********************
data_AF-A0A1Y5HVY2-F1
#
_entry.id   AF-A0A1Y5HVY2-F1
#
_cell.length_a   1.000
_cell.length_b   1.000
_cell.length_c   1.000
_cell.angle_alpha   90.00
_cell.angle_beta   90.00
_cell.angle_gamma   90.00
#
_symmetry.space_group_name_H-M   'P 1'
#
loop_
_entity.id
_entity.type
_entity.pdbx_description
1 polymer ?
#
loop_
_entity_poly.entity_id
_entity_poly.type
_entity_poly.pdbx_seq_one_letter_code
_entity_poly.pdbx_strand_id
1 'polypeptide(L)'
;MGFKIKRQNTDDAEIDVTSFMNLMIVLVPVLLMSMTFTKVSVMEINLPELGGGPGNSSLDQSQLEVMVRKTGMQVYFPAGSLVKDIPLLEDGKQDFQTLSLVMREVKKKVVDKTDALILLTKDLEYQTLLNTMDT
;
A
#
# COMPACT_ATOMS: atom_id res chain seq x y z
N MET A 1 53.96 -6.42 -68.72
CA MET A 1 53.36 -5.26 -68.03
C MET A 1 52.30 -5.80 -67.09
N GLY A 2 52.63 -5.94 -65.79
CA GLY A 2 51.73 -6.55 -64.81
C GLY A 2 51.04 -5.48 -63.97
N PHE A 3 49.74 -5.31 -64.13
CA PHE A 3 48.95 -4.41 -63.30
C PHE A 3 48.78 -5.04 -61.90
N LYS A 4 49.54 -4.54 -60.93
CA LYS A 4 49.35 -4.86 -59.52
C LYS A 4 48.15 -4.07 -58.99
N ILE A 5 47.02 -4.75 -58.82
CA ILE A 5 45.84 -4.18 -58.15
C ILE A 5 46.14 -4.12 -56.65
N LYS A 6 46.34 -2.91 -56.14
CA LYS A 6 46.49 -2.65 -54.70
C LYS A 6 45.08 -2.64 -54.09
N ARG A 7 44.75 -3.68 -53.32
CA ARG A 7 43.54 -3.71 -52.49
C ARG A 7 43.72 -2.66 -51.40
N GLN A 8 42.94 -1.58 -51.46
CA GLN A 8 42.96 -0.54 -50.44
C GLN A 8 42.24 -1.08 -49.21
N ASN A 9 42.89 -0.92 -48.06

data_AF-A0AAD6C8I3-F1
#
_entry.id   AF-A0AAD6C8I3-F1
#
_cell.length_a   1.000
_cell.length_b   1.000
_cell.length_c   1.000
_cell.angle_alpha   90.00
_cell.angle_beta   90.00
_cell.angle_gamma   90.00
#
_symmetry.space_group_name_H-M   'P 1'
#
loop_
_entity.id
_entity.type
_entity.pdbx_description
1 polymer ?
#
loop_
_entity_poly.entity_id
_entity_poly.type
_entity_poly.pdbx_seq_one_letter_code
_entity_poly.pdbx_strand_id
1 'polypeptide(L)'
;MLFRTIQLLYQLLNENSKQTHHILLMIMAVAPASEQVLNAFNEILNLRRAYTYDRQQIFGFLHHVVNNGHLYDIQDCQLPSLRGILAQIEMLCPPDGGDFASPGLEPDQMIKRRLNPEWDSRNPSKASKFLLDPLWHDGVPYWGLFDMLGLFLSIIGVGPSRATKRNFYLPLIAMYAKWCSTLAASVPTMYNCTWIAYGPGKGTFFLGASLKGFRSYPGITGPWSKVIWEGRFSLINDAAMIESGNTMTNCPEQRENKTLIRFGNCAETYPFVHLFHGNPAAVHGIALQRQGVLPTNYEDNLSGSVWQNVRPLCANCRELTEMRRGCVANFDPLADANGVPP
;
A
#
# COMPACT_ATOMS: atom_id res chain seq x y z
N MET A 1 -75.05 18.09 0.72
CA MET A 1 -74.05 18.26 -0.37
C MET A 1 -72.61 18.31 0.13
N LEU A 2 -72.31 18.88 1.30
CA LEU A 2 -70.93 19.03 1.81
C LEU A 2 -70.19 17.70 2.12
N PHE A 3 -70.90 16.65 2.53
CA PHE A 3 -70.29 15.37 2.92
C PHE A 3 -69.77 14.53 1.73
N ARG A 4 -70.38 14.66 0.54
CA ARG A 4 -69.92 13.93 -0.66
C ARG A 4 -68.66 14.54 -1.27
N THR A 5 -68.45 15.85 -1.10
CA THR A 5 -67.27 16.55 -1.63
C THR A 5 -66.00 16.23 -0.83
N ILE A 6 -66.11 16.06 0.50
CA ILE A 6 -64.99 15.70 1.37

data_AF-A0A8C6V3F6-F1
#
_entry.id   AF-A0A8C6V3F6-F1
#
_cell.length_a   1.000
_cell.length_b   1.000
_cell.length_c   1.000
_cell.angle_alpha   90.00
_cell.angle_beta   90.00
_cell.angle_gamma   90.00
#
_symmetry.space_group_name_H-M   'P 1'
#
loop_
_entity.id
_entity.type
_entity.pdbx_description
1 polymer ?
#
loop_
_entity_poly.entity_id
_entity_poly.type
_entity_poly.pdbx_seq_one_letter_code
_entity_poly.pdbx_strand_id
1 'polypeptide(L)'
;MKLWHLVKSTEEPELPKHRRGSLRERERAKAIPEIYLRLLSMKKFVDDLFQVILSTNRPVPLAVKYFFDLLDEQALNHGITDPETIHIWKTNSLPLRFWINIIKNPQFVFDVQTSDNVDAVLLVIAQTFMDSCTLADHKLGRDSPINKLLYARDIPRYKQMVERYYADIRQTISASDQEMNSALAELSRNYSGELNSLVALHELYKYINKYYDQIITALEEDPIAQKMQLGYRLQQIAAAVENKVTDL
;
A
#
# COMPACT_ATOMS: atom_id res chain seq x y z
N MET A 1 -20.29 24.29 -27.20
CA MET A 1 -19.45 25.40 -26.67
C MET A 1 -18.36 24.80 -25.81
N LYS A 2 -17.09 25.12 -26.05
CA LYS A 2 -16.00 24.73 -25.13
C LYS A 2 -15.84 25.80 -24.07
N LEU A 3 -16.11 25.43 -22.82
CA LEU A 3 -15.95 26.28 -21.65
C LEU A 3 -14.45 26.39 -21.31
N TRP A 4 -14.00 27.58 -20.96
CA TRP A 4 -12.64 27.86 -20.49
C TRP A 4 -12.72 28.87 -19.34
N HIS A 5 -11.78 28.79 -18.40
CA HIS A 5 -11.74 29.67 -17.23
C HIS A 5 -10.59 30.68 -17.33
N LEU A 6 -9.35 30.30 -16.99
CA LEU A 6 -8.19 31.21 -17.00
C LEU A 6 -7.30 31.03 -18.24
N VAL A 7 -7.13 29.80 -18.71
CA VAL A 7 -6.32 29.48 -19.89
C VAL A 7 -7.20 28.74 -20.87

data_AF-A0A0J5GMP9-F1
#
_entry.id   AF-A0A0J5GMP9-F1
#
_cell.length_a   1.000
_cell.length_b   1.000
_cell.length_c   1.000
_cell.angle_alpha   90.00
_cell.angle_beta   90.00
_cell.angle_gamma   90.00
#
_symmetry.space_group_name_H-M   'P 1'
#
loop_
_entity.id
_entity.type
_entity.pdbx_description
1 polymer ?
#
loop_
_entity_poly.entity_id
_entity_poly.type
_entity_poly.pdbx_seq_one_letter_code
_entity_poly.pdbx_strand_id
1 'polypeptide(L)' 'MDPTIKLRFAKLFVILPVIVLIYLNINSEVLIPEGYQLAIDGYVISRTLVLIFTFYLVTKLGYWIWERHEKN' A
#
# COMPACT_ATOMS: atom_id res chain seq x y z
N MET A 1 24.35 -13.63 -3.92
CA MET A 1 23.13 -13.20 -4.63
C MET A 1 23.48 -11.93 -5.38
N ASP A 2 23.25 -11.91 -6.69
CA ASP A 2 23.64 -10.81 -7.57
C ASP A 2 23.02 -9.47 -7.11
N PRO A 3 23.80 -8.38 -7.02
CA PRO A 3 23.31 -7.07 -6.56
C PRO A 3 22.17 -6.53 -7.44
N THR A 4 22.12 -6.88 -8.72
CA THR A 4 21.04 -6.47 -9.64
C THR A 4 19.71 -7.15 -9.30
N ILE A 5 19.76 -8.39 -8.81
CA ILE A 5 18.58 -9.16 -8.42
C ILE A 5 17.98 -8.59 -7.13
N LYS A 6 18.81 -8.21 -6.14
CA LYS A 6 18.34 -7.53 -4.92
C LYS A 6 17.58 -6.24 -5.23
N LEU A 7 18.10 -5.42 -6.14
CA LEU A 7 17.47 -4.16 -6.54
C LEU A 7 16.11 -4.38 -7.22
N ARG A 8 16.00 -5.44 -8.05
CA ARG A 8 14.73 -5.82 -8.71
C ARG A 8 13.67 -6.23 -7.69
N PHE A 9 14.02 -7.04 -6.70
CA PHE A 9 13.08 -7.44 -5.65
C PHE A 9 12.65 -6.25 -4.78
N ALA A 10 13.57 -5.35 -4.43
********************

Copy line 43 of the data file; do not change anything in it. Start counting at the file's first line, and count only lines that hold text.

N ILE A 5 47.02 -4.75 -58.82